One of the most persistent media rumors of early 2006 involved Google launching a digital music service to rival Apple’s iTunes. There was a point earlier this year when it seemed as if every analyst on Wall Street was predicting that Google would be launching GTunes any day now. iTunes was clearly doomed and its days would soon be numbered.
Far be it from me to say “I told you so”, but back in April I went on record with a list of reasons why Google Music won’t matter. Now comes word that Google is going to sit out the upcoming digital music war. Instead, they’ll be partnering with MTV to insert advertising into videos that will be available on the still dismal Google Video service. No matter how Google tries to spin it, the MTV deal is a huge letdown for anyone expecting the company to make its mark on the music industry.
Google’s announcement shouldn’t come as a surprise to anyone who’s been following recent developments in digital music distribution. Late last month Amazon quietly hinted that their digital music service was also being put on hold. It was just a few months ago that the Amazon service generated a fair amount of buzz and rumors were swirling around the Amazon branded digital music player that was supposed to be part of the service.
So what could possibly cause two major tech companies to drop out of the supposedly lucrative digital music business? In a word: Zune.
It seems pretty obvious now that any service Google or Amazon might have launched would likely have been complaint with Microsoft’s PlaysForSure DRM specification. Now that Microsoft is directly competing with its own PlaysForSure partners we have two very high profile competitors dropping out of the online music market before even launching their products. Do we need any more proof that proprietary DRM systems are killing competition in the music industry?
So what happens next?
Amazon is apparently launching a digital movie service in a matter of days. The service will take on iTunes while avoiding any immediate conflict with Microsoft – Zune reportedly won’t support video in it’s initial release.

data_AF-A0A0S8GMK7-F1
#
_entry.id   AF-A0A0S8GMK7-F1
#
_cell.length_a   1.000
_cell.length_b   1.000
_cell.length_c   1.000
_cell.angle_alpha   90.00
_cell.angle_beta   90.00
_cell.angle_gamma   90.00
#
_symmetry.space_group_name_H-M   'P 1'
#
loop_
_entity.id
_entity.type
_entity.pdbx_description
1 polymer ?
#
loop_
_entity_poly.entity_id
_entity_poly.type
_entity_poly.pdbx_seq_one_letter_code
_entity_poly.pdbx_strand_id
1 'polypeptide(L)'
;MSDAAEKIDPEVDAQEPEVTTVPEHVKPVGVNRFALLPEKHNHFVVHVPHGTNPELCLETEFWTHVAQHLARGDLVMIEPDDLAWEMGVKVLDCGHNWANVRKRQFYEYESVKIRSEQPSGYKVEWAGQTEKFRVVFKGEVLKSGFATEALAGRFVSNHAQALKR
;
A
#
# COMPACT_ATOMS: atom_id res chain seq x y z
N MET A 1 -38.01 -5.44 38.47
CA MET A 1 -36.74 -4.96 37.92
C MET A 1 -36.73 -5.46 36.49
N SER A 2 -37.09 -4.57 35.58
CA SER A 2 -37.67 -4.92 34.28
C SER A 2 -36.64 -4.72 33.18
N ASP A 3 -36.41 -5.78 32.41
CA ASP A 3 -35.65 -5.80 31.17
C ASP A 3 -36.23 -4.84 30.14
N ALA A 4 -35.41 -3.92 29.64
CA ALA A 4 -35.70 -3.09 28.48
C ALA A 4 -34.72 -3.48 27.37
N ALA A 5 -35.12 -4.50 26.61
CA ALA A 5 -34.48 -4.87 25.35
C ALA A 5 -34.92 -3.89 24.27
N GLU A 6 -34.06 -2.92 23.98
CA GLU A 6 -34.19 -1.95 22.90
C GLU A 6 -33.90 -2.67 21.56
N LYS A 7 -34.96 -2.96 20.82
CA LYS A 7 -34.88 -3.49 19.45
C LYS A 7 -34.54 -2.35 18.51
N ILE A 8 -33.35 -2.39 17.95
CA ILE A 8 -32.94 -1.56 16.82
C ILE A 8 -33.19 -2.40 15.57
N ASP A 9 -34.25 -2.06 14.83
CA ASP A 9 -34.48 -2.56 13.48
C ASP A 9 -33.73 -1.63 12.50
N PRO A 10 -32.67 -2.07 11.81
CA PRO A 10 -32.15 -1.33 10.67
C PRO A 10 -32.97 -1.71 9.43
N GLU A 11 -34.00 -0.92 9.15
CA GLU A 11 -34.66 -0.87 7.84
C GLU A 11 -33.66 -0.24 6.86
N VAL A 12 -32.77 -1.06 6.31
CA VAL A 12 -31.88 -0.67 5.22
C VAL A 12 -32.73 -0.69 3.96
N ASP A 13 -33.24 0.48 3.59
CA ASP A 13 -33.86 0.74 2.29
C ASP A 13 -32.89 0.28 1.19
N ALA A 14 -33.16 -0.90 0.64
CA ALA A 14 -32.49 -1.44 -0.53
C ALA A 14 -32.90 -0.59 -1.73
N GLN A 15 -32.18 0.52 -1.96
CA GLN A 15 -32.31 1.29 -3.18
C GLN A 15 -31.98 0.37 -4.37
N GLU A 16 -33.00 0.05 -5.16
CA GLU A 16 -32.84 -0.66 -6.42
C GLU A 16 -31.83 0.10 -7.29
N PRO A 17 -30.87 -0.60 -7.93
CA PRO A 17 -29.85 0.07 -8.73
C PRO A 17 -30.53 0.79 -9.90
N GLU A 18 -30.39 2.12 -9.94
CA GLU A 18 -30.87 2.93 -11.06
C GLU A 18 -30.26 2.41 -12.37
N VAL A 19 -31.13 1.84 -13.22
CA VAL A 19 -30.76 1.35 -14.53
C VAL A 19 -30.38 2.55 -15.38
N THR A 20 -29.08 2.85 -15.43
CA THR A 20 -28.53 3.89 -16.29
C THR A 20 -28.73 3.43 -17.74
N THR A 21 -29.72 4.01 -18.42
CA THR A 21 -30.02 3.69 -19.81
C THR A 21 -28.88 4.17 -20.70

Meanwhile, Google seems happy to quietly morph into the world’s largest advertising agency. That’s a far cry from the cutting edge tech company that we were all predicting would some day rule the world. It sort of makes you wonder if Zune isn’t actually meant to be a Google killer instead of an iTunes killer.
Meanwhile, there are a few things Google could do if they ever hope to get into the music business:
- Work on developing an open source DRM system that would be available to everyone at no cost.
- Better yet, work on convincing labels that they can make money by selling their music without DRM. Google could easily buy a company like eMusic and become the dominant source of unrestricted music.
- Support development of alternate firmwares, like RockBox, for popular media players. Imagine what might happen if Google released an iPod/Zune upgrade that turned your media player into a Google compatible device?
- Ultimately Google could use any combination of the ideas above to build relationships with jilted PlaysForSure partners anxious to strike back at Microsoft.
In the meantime, with Google and Amazon out of the picture and it looks like Microsoft and Apple will do head-to-head battle with almost no competition.